Inside Out (Late) Review

Inside Out

The Voices In Your Head Are Real!

Growing up is difficult enough, but true challenges arise when you’re a pre-teen that’s quickly snatched away from everything that made you feel comfortable in life. Your school, your friends and everything about a city that felt familiar to you, and speaking from experience coping with change, as a child is easier said than done. With that being said I introduce you to Riley voiced by Kaitlyn Dias, a once exuberant adolescent enjoying her young life in Minnesota, before being drug to the west coast with promises of a greener side of grass. Inside Out’s depiction of the human psyche is truly mind blowing (no pun intended). Inside of Riley’s head is an entire ensemble of human emotions that operate at a control deck they call headquarters, which houses many of Riley’s core memories. Starting with Joy (Amy Poehler) Riley’s happiness, then Disgust (Mindy Kaling), Fear (Bill Hader), Anger (Lewis Black), and Sadness (Phyllis Smith). The voice acting is perfect and each emotion has an interesting personality that shines through Pixar’s legendary animation. Riley’s mind is full of creative ways to depict a certain emotion or act. For instance just outside of headquarters are the Islands of Personality, consisting of five (at first) islands that light up and glow with activity when utilized. The islands represent the different pieces of Riley’s personality that define her as a person. There’s Family Island, Goofball Island, Honestly Island and Friendship Island. This is truly a classic Pixar experience that ONLY rivals their long list of many other classics. Everything is going along good enough, it’s not until sadness gets a little too touchy-feely with Riley’s memories do things start to go awry. For some reason when sadness touches Riley’s memories they turn into sad memories, on one occasion leaving Riley crying in the middle of class on her first day of school.

When Joy tries to stop another one of sadness’s blunders, they both find themselves in lost Long-Term Memory. An almost endless supply of memories as far as the eye can see, beautifully depicted as 70-foot high colorful bookshelves. This change of venue doesn’t bold well for Riley, Joy and Sadness are lost in translation, leaving Fear, Anger and Disgust at the helm. Director Pete Docter (Up, Monster’s Inc.) was definitely working from experience with Inside Out, as he too relocated with his family to another city, resulting in significant issues at school. Speaking of issues due to the absence of Joy, Riley’s behavior immediately begins to become problematic. Disgust, Fear and Anger TRY their best impression of Joy but only end up making things worse by having Riley snap at her parents, resulting in a pre-teens ultimate demise, being sent to her room. Joy and Sadness desperately try to make their way back to headquarters as they notice that the Islands of Personality start to crumble and fall into the memory dump, an abyss of forgotten memories.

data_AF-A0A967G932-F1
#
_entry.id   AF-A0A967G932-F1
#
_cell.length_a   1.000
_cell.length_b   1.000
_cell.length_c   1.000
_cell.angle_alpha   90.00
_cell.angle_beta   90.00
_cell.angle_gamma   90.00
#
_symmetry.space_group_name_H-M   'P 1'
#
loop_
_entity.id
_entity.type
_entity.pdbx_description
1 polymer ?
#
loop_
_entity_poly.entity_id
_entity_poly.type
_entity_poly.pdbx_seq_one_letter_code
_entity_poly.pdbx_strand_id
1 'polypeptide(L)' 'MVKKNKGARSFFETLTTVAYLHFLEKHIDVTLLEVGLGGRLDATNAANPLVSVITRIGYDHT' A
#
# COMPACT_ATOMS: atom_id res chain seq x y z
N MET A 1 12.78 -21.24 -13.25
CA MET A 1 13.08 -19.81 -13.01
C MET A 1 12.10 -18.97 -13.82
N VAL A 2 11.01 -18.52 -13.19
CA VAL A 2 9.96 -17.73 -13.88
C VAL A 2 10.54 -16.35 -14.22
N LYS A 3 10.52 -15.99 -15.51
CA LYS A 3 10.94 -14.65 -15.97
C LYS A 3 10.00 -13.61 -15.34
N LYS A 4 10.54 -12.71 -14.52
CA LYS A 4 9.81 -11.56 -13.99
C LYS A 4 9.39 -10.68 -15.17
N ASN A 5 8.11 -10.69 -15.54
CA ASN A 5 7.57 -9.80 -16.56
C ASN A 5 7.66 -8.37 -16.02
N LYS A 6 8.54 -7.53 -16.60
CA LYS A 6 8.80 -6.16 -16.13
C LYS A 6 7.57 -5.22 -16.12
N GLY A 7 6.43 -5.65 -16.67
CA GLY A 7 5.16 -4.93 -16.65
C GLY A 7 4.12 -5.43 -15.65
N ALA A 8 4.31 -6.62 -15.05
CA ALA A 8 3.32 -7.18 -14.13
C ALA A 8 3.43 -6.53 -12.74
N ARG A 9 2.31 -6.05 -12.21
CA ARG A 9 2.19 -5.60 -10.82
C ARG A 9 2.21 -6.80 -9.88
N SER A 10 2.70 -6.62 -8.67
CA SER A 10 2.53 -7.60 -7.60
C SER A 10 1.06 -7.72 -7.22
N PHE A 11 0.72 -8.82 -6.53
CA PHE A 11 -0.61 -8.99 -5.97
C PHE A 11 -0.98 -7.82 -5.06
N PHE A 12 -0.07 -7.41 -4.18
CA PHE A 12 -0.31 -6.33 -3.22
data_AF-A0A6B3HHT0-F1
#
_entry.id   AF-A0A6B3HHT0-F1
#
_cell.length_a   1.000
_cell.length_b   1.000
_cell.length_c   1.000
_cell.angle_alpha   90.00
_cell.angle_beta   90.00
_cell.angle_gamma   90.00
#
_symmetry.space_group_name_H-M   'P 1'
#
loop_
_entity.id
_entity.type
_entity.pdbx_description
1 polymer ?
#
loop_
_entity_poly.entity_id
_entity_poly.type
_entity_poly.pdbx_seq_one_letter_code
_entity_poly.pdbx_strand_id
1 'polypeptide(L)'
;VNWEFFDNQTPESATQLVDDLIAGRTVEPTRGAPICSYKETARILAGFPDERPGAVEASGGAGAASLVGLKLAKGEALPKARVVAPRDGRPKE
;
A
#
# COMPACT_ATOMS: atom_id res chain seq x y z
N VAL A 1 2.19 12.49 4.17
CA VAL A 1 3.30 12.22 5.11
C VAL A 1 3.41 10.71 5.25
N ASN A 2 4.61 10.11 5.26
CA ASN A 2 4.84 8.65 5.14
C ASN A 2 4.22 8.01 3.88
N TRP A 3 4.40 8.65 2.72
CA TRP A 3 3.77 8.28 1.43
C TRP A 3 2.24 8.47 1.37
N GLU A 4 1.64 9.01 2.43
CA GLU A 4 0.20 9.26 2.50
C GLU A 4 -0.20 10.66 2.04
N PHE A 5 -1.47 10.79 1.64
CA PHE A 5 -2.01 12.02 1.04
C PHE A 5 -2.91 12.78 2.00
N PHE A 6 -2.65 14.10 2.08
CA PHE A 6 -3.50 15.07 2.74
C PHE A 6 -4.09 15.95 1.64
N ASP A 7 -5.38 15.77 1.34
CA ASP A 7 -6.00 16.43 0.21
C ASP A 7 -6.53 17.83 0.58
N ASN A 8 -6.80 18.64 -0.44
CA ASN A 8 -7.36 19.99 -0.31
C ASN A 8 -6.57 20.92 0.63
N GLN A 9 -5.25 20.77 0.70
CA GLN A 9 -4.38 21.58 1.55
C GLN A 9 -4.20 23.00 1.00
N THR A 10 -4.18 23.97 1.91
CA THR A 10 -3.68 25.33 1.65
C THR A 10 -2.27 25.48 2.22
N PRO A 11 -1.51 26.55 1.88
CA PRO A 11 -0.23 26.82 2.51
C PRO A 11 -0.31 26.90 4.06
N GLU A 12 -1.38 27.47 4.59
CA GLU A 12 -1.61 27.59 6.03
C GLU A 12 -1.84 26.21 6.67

On their voyage back to headquarters they Joy and Sadness run into Bing Bong, an old imaginary friend that cries candy when he’s sad, the candy aside he seems to more trouble than he’s worth. Wonderfully voiced by Richard Kind, Bing Bong who has been forgotten for a long time is more than happy to help the two, with hopes of being placed back into Riley’s core memories. He advises them that the fastest way back to headquarters is to take the Train Of Thought, but on the way, the imaginary goof leads the two on a series of close calls. The ride is only 94 minutes in run time but it feels much longer. He encourages them to follow him into Abstract thought as a shortcut, once inside the door closes behind them, and they have to resort to being flattened into 2d objects to escape. When Joy and Sadness try to wake Riley up, Bing Bong crashes the set at Dream Productions, a place resembling a Hollywood studio where dreams are created (genius!). Bing Bong even gets himself thrown in Riley’s sub-conscious, he has Riley’s core memories with him so Joy and Sadness have to spring him, but in the process they unleashed a suppressed memory of a creepy clown, effectively waking Riley up.

Things look grim when Joy finds herself in the Memory Dump, and Fear, Anger, and Disgust effectively get Riley to run away from home. This entire film just breaths vibrancy, and wonderment. Literally every aspect of the human mind is accounted for and represented in an unbelievably creative way. While watching Inside Out I quickly got that nostalgic 90’s feel, when I was a pre-teen and this type of animation felt new and fascinating. In many ways it still is, I have absolutely nothing to complain about with Inside Out. This films final act is not only a must watch, but beautiful and important. At the end of the day, and at the end of the film Pixar reminds us that it’s ok to feel sad sometimes.

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